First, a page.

Depression can be isolating and crippling. It keeps you in bed all day, it keeps you from getting your work done, it keeps you from being able to focus on anything, from getting your work done, from being able to concentrate. So you do all these things to not feel that way, to try to fix the problem. But instead, you’re finding that it’s perpetuating those feelings of hopelessness, of sadness, of loneliness.

The tools you’ve been using aren’t helping with depression

There are common things that people do to try to not feel that way, whether it’s engaging in addictive behaviors, downplaying your neediness to other people, or even using a lot of positive phrases and positive affirmations. So, I’m going to explore those things briefly in this video.

1. Addictive Behaviors

The first, addictive behaviors, might look like overeating, over-drinking, or even hurting yourself. And you do these things to not feel so lonely, to not feel so sad, but instead, you find yourself feeling really guilty afterwards and not feeling any better.

2. Downplaying your Neediness

Or maybe you try to downplay your neediness to others, which might look like not letting other people in on how you’re feeling so that you can try to save those relationships and keep them around. But instead, you’re finding yourself continuing to feel isolated, lonely, and depressed, even when you’re around those individuals.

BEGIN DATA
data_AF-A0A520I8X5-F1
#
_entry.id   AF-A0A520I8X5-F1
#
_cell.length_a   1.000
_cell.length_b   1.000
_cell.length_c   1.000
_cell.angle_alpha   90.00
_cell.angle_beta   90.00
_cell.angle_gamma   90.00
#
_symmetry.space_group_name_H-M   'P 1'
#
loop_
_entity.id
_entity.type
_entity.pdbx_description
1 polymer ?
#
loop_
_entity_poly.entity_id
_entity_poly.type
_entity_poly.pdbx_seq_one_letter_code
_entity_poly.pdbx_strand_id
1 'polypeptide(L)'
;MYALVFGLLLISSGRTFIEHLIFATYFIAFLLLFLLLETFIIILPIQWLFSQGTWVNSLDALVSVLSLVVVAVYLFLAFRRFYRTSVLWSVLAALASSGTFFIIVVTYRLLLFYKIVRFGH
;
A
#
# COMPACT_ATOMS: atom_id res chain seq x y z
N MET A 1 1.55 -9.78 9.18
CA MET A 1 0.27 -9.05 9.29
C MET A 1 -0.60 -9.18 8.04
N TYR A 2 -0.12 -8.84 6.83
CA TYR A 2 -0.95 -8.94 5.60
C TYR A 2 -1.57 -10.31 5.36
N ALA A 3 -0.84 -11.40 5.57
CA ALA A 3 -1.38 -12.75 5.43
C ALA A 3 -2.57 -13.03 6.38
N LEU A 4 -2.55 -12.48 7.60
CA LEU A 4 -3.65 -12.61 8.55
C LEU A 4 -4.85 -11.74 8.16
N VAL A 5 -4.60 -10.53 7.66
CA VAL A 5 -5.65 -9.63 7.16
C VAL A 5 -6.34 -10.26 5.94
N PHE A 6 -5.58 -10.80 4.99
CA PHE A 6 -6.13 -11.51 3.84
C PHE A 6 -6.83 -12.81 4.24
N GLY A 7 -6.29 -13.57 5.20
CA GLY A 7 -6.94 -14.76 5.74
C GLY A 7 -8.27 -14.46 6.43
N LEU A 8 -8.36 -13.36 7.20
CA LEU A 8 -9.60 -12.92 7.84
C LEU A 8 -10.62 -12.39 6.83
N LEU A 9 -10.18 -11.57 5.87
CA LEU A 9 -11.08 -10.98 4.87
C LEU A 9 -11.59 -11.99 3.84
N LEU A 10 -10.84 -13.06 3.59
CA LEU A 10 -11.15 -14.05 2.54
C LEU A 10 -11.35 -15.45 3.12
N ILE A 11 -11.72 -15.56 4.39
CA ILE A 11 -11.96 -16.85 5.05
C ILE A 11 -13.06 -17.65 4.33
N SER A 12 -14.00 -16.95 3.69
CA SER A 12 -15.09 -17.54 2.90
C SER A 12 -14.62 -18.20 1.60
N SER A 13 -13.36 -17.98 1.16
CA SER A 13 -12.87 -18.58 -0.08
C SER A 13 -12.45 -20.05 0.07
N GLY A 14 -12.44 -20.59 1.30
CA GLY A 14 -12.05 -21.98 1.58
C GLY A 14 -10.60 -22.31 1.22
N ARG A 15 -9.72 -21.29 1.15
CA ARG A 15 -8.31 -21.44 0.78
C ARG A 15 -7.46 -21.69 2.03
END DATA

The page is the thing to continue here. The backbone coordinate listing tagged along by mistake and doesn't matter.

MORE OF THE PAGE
3. “Positive” Thinking

Or maybe you’ve tried to think really positively – to have these phrases like “it’s all gonna be okay” or “what’s meant to be will be.” But you don’t find yourself believing in those things or feeling any better after you’ve told yourself those things.

You need a different tool for depression: a safe relationship.

What you’re really craving is a safe relationship where you can feel okay to be yourself, to be vulnerable. I don’t know who comes to mind for you when you think of just one safe relationship. Maybe that could be your mom, your dad, a sibling, a coworker, a friend. Or maybe you’re finding that no one comes to mind for you. And that’s okay.

That’s where therapy comes in. That’s where I come in. It’s a space where you can learn to feel safe, where you can learn to feel okay with how you feel, and to not feel so lonely or hopeless. So I’d encourage you today to either think of one person that you can start opening up to or to take a step forward to come in for therapy.

Rose So, MA
Rose So, MA

I help adolescents and young adults overcome life transitions and learn to thrive.